When you bite into a salad filled with soft, buttery greens, you're probably getting a mouthful of the delectable Bibb lettuce. This light and somehow rich-tasting leaf can be found all year round and makes an excellent vessel for gluten-free tacos and wraps, and can make a side salad sing with very little effort. It's more expensive than other lettuces, but once you start using it, you'll understand and appreciate why.
What Is Bibb Lettuce?
Named after John Bibb, a lawyer who developed this variety in Kentucky out of his Frankfort home, Bibb lettuce is a tender green that almost melts in your mouth like butter. Hence, the butterhead lettuce variety. While Bibb created this green, originally called "limestone lettuce," in the 1860s, it wasn't commercially available until a century later and took decades after that to become popular.
Now, this is one of the two most sought after forms of butterhead lettuces, the other being Boston lettuce. The leaves on this featured ingredient prove smaller and tend to remain light, springy green rather than turn reddish-purple like Boston's leaves can. All butterhead lettuces have large, loose heads that look a lot like a blooming rose, the tighter it is, the younger the plant.
What To Do With Bibb Lettuce
If you can refrain from eating fresh Bibb lettuce right off the head, do the next best thing and put it in a salad. Because the leaves are light and tender, you don't need heavy dressing, if you want any at all. It can easily be the star of the dish, and pairs well with crumbles of blue cheese, shaved carrot, a sprinkle of buttermilk dressing, and chopped up pecans.
Also, use the large and bendy leaves to wrap food in. We're talking shredded chicken, grilled kababs, marinated strips of steak, roasted mushrooms, and more. This ingredient is a popular alternative to tortillas for those going low-carb or gluten-free, and, unlike more crunchy lettuce, it doesn't snap apart when you bend it.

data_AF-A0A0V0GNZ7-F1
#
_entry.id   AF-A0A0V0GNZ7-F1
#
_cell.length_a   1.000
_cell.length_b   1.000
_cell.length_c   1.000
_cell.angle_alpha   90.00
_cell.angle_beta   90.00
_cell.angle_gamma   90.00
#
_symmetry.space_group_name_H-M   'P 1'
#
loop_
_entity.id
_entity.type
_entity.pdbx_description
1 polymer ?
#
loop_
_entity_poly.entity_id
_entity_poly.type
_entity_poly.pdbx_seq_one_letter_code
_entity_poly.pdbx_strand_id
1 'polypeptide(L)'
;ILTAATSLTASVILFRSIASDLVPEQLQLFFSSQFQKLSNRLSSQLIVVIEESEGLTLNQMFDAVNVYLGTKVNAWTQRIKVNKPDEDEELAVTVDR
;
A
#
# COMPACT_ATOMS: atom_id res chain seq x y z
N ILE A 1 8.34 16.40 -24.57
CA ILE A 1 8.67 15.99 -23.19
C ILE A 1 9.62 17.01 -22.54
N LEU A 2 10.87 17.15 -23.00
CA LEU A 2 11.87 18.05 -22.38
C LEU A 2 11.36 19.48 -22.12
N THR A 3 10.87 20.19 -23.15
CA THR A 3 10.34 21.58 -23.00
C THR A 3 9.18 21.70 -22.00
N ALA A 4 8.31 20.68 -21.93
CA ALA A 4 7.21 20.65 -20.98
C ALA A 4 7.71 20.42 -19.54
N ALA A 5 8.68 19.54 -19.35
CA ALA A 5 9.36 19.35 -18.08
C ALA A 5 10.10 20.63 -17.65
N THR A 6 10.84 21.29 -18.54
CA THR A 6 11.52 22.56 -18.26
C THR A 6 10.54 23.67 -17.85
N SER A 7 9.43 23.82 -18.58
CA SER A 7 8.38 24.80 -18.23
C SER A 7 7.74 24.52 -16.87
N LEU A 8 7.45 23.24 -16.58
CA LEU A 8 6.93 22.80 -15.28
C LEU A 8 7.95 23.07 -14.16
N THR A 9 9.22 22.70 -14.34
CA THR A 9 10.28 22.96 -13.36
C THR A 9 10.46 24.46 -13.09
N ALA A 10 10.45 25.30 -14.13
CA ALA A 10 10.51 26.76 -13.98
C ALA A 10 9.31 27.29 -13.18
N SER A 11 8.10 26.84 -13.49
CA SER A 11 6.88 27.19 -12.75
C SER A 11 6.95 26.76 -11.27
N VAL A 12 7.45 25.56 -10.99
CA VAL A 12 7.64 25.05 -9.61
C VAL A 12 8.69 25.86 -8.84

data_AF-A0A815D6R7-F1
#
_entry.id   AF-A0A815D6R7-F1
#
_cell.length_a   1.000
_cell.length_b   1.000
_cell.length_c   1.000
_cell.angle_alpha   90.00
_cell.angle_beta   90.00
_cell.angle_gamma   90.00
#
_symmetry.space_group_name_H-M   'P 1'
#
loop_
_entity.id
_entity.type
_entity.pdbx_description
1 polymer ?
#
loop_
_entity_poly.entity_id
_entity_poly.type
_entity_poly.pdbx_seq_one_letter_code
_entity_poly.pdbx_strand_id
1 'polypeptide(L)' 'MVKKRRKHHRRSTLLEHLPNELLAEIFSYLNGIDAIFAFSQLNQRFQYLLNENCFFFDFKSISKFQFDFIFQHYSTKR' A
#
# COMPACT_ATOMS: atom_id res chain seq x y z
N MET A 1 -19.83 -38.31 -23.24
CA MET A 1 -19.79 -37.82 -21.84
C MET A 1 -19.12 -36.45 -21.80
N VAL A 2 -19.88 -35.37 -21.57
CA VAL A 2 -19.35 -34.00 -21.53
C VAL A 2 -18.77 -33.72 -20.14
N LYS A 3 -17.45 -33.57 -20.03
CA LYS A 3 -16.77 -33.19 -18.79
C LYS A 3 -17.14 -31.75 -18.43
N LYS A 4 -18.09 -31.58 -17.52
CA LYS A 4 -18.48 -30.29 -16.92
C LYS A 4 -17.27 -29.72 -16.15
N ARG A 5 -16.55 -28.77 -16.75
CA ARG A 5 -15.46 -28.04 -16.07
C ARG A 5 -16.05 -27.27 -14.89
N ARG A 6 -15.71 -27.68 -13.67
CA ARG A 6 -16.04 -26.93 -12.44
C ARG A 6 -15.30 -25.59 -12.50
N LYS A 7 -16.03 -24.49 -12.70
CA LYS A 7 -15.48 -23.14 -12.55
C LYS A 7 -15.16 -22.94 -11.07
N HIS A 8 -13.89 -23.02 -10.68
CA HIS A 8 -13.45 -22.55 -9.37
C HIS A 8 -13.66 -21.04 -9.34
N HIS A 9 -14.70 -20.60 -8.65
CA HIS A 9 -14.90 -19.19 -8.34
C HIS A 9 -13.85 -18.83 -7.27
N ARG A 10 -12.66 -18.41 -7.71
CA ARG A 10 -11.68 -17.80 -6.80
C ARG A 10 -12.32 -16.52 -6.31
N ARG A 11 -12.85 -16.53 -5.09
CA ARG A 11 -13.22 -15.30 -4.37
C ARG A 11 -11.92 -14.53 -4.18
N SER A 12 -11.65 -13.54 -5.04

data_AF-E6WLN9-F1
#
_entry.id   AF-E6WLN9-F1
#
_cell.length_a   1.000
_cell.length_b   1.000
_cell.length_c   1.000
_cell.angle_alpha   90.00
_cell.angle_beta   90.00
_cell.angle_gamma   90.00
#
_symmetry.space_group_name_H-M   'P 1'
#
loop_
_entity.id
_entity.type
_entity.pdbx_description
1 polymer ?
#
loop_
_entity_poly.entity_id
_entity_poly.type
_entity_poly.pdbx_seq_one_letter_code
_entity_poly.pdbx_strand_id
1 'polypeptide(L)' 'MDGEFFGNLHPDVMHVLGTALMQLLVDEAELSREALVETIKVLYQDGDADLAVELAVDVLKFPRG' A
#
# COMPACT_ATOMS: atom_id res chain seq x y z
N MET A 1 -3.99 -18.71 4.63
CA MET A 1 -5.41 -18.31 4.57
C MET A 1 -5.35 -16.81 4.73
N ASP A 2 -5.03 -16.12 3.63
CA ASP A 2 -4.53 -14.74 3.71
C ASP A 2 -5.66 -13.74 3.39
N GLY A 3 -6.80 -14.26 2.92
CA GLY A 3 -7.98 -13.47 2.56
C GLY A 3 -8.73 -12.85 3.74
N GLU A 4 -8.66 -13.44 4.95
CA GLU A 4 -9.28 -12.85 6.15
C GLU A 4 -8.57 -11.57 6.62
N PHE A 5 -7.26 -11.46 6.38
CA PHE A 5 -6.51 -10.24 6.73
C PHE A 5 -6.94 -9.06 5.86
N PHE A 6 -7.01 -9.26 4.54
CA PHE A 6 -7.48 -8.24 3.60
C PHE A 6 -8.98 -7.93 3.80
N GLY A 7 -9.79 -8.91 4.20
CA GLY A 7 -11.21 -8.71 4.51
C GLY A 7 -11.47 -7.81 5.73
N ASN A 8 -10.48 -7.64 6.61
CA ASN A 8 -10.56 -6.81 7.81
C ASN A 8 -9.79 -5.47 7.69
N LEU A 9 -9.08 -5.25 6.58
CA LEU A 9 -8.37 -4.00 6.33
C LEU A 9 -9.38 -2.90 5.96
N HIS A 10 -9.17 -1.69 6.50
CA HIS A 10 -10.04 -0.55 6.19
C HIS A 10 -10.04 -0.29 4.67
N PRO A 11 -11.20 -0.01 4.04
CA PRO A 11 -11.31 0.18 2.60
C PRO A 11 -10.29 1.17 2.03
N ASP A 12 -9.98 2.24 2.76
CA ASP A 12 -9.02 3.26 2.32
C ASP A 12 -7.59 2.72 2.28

What Does Bibb Lettuce Taste Like?
In essence, Bibb lettuce tastes like green butter, only a butter that runs a little crunchy rather than oily. The flavor proves mild enough that other ingredients overshadow the nuances, but when eaten alone, it can satisfy the craving for richer foods. There's a slight sweetness too, making it a great green to pair with roasted pork, pineapple, and blue cheeses.
Bibb Lettuce Recipes
Use Bibb lettuce in a variety of ways. From wraps to salads to side dishes, there's a place on the table for this ingredient and you can substitute it for any butterhead lettuce, most tender greens, or in places where a large, single leaf is required.
- Thai Lettuce Wraps With Chicken
- Asparagus Butter Lettuce Salad With Pistachios
- German Salad Dressing for Lettuce Salad
Where To Buy Bibb Lettuce
Due to the popularity of this green, you can find Bibb lettuce any time of year in many grocery stores. Often, it comes in a clamshell or some sort of protective covering. This helps keep the tender leaves from bruising, which they do easily, especially when handled often. Butterhead lettuces also tend to have a neat bundle of dirt and roots attached to the base of the head, something that maintains its freshness. In fact, it's best to get a whole head that has the roots, that way you know it's in peak form.
You may also see the lettuces plucked and put into ready-to-eat boxes either blended with other tender greens or solo. These usually are the baby butterheads and hold crispness well in this form. Just keep in mind because the leaf proves more fragile than romaine or iceberg, it will go bad faster.
If purchasing a whole head of Bibb lettuce, don't remove the root system until you're ready to eat it. Store in the shell or the crisper drawer with a damp cloth lightly pulled around it. You can pluck the leaves right off the head as needed, and it will keep well for about a week. Butterhead lettuce that doesn't have the root system won't last as long. Prolong the life of any of your greens by keeping cool and slightly damp.
The main varieties of butterhead lettuce are Bibb and Boston. The only real difference between the two is the size of the leaves and the color, Boston tends to be reddish, where Bibb is light green. Some say Bibb proves sweeter, but that's an observation based on the eater's personal taste.
Though some say Bibb lettuce melts on the tongue like butter, this certainly is not true. It does have a melty feeling though, however, the actual leaf will stay whole until you break it apart. There's also no extra fat in this lettuce despite the name, it just tastes good enough to make you feel guilty.